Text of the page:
Hachi entered the living room after smelling Dr. Ueno while guests were attending the wake. He hid himself under the casket and wouldn't move, according to Prof. Itoh.

Hachiko stayed with various families outside Shibuya for the following few months before finding a home with Ueno's gardener Kobayashi Kikusaburo in the summer of 1925.

Hachiko soon resumed his daily commute to the station, come rain or shine, after returning to the neighborhood where his late master resided.   .

According to Prof. Itoh, "Hachi stood on four legs at the ticket gate in the evening and looked at each passenger as if he were looking for someone.". He was initially viewed as a nuisance by station staff. He was doused in water by yakitori vendors, and he was bullied and hit by young boys.

But after a Japanese newspaper, Tokyo Asahi Shimbun, wrote about him in October 1932, he became well-known across the country.

Every day, the station received food donations for Hachiko, and people traveled from all over to see him. About him, haiku and poetry were written. A gathering of 3,000 people is said to have attended a fundraiser in 1934 to create a statue honoring him.

The eventual passing of Hachiko on March 8th, 1935 made many newspapers' front pages. Buddhist monks prayed for him at his funeral, and dignitaries read eulogies. The following days, thousands of people went to see his statue.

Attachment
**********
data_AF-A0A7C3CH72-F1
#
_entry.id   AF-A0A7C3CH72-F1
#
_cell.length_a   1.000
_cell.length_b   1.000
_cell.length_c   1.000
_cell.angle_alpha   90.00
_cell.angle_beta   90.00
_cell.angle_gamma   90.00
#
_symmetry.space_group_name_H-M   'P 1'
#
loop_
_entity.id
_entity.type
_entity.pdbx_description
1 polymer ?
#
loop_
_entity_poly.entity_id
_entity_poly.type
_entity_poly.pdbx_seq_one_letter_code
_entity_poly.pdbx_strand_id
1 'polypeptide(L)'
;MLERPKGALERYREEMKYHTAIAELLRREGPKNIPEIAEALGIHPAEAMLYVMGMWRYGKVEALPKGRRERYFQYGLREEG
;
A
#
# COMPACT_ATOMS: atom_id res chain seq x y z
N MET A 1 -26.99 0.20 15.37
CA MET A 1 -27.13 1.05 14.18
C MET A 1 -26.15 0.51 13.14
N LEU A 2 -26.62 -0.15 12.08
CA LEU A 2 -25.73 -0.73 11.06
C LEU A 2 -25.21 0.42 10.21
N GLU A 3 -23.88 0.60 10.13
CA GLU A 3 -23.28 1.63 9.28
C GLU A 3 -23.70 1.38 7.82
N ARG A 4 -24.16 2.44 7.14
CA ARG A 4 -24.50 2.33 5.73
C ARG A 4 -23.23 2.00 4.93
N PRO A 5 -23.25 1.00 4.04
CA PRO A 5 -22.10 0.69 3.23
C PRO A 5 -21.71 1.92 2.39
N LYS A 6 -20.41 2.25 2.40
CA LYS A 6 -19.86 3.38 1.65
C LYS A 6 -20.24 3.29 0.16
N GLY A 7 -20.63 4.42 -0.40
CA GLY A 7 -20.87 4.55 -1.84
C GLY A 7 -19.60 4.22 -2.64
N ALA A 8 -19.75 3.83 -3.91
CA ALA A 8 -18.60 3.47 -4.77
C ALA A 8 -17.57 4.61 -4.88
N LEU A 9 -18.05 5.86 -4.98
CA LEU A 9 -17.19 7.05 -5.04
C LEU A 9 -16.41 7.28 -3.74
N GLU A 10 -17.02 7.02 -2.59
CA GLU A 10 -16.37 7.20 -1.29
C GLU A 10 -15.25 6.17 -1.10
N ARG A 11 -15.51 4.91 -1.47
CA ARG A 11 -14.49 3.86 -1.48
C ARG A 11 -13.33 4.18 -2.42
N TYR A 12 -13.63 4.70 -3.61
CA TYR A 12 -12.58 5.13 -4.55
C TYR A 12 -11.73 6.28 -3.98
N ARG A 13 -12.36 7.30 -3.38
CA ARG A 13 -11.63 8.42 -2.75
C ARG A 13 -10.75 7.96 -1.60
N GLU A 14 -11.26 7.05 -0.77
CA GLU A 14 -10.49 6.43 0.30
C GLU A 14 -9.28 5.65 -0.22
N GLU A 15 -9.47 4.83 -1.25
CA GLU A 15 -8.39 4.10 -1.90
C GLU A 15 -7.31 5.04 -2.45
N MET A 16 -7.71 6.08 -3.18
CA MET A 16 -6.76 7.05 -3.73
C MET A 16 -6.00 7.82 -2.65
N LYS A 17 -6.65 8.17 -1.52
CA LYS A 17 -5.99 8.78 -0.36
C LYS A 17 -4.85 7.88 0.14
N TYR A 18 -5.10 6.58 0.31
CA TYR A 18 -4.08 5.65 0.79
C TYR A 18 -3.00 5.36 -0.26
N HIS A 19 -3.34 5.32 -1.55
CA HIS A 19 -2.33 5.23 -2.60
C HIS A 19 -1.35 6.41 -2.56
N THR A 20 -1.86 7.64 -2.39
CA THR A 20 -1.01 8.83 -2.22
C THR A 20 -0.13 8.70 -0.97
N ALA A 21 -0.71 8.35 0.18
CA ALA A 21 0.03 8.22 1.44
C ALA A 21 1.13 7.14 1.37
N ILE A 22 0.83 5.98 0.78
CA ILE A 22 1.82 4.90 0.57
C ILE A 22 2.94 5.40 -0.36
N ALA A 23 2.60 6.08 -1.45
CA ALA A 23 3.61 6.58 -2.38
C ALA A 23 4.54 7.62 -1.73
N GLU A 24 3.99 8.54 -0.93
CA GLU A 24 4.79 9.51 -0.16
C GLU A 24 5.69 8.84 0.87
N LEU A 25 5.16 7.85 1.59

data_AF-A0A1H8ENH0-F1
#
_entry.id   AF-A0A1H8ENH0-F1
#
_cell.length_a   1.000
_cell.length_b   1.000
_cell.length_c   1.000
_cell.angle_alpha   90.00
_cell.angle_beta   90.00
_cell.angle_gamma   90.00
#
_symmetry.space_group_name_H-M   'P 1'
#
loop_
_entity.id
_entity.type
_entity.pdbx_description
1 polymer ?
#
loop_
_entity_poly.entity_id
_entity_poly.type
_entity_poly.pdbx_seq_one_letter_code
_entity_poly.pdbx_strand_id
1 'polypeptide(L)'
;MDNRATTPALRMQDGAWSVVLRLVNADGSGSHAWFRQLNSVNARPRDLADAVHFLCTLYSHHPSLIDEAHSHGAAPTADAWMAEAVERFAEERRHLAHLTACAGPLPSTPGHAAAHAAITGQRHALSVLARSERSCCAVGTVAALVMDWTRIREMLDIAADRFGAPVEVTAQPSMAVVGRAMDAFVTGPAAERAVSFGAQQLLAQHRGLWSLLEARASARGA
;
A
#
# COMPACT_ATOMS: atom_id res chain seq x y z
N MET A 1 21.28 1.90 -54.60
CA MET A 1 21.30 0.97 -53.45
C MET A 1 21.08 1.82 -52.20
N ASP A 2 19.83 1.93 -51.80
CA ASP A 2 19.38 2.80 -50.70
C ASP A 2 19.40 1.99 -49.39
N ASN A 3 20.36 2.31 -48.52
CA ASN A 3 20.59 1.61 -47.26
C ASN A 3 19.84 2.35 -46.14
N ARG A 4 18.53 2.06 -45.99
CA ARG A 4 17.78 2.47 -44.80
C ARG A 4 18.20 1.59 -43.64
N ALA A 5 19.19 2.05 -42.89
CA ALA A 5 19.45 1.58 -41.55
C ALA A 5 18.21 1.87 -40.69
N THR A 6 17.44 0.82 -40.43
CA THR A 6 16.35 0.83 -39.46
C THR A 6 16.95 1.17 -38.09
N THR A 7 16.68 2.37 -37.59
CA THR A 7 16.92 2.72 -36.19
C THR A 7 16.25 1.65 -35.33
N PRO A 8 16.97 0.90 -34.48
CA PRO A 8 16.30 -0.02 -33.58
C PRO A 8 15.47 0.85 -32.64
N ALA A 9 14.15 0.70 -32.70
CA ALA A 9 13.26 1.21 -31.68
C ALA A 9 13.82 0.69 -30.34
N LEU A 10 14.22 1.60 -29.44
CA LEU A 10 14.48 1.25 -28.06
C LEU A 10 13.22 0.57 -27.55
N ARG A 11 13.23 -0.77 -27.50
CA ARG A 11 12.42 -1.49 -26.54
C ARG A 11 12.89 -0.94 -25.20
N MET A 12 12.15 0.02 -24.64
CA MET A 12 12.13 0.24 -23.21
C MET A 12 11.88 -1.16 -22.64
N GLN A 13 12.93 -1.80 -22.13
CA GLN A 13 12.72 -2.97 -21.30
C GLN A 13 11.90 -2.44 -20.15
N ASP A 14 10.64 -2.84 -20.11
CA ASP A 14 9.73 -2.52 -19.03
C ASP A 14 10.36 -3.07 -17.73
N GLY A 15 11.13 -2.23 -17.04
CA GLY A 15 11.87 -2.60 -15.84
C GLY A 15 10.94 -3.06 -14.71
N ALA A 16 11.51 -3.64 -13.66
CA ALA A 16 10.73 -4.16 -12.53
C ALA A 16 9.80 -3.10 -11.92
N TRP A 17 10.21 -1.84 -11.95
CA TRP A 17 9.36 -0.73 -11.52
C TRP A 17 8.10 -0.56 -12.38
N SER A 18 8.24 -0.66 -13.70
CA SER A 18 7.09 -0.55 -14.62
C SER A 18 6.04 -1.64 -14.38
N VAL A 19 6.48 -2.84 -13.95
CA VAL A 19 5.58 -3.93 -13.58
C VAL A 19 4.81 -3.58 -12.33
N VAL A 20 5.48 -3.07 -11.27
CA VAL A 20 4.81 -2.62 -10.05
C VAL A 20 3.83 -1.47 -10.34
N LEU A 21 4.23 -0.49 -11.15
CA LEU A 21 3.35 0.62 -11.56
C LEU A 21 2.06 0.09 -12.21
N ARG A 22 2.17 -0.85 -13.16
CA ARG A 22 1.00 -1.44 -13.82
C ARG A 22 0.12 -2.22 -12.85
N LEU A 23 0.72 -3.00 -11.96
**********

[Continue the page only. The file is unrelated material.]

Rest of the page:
A lesbian couple take a photo of the Hachiko statue
Popular location Hachiko's statue is frequently used for political demonstrations.

An effort to raise money for a new statue of Hachiko in post-war, impoverished Japan even succeeded in raising 800,000 yen, which was a significant amount at the time and is now worth 4 billion yen (£22 million; $28 million).

In hindsight, Okamoto Takeshi stated, "I feel that he knew that Dr. Ueno would not return, but he kept waiting - Hachiko taught us the value of keeping faith in someone," in a newspaper article from 1982. He had observed Hachiko at the station every day while he was a high schooler.

Keeping Hachiko in mind.

A memorial service for Hachiko is held annually on April 8th in front of Shibuya Station. He frequently has scarves, Santa hats, and most recently, a surgical mask on his statue.

The National Museum of Nature and Science in Tokyo has his mount on display. Along with Ueno and Yae, some of his remains are buried at the Aoyama Cemetery. Additionally, statues of him have been erected in Rhode Island, the American setting for the 2009 film, the University of Tokyo, Hisai, Odate, and the hometown of Ueno.

In addition, Odate has a number of celebrations planned for his 100th birthday this year.

Prof Yano predicts that the world's most devoted dog will continue to be honored a century from now because she holds that the "heroism of Hachiko" is timeless and not limited to any one time or place.

Mr. Sakuraba shares the same outlook. "This unwavering, devoted love will still exist in a century from now, and Hachiko's story will endure forever.

. "